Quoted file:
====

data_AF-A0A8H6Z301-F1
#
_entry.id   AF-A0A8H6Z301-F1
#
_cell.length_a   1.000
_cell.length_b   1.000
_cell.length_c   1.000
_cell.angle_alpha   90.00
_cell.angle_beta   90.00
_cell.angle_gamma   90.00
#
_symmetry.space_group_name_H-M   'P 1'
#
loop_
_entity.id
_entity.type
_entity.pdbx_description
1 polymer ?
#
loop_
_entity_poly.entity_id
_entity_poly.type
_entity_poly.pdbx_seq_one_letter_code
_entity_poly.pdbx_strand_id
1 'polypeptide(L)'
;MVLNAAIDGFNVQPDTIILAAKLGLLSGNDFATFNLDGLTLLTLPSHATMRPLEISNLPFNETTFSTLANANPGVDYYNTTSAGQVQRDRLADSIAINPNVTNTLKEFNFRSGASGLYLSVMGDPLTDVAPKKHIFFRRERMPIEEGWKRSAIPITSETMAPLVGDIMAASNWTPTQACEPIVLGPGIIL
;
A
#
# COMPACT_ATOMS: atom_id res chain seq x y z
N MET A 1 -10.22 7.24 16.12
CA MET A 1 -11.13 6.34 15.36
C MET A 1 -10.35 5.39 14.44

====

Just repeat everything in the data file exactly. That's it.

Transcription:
data_AF-A0A8H6Z301-F1
#
_entry.id   AF-A0A8H6Z301-F1
#
_cell.length_a   1.000
_cell.length_b   1.000
_cell.length_c   1.000
_cell.angle_alpha   90.00
_cell.angle_beta   90.00
_cell.angle_gamma   90.00
#
_symmetry.space_group_name_H-M   'P 1'
#
loop_
_entity.id
_entity.type
_entity.pdbx_description
1 polymer ?
#
loop_
_entity_poly.entity_id
_entity_poly.type
_entity_poly.pdbx_seq_one_letter_code
_entity_poly.pdbx_strand_id
1 'polypeptide(L)'
;MVLNAAIDGFNVQPDTIILAAKLGLLSGNDFATFNLDGLTLLTLPSHATMRPLEISNLPFNETTFSTLANANPGVDYYNTTSAGQVQRDRLADSIAINPNVTNTLKEFNFRSGASGLYLSVMGDPLTDVAPKKHIFFRRERMPIEEGWKRSAIPITSETMAPLVGDIMAASNWTPTQACEPIVLGPGIIL
;
A
#
# COMPACT_ATOMS: atom_id res chain seq x y z
N MET A 1 -10.22 7.24 16.12
CA MET A 1 -11.13 6.34 15.36
C MET A 1 -10.35 5.39 14.44